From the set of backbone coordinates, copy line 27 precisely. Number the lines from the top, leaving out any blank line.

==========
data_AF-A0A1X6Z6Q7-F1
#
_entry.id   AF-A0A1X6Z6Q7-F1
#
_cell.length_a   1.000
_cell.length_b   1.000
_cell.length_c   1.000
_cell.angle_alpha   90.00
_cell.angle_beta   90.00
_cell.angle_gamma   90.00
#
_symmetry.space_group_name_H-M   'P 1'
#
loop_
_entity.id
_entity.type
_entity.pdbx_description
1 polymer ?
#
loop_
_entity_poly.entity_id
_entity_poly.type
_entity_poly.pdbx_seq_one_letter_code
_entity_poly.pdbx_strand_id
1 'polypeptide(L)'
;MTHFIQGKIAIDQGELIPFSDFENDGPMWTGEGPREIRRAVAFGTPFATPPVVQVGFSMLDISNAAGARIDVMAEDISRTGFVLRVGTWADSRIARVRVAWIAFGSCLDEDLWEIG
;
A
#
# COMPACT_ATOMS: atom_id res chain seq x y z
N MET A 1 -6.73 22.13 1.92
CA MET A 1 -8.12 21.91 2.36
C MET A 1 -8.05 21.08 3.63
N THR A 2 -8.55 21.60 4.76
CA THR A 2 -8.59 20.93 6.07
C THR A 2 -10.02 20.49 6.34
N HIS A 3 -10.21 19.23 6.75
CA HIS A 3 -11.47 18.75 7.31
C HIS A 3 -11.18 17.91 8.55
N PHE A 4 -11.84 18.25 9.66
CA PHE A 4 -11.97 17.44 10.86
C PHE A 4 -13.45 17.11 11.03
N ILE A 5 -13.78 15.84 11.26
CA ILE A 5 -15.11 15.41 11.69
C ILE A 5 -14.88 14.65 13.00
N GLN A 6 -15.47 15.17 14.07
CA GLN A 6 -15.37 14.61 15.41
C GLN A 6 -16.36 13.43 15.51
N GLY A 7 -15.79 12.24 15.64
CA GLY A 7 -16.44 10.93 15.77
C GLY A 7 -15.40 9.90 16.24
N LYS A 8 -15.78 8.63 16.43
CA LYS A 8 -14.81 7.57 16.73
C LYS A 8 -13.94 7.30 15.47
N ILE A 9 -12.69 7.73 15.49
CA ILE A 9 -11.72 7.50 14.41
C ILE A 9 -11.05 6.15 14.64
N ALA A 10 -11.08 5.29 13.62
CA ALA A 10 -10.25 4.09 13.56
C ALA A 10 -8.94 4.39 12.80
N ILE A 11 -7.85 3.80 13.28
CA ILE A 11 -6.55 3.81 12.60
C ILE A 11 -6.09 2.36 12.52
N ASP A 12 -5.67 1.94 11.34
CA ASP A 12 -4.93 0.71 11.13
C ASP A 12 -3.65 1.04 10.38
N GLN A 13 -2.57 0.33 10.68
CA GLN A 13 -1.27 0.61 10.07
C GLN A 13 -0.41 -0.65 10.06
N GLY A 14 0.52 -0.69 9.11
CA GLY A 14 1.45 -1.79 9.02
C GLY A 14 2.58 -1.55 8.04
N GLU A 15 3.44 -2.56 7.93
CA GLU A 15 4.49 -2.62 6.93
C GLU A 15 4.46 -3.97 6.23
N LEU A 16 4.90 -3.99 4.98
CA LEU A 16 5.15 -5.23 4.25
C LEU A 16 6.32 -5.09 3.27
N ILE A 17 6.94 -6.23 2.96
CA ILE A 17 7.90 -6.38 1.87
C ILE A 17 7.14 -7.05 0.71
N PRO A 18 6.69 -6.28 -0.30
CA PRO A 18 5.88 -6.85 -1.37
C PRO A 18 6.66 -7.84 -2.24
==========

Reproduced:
;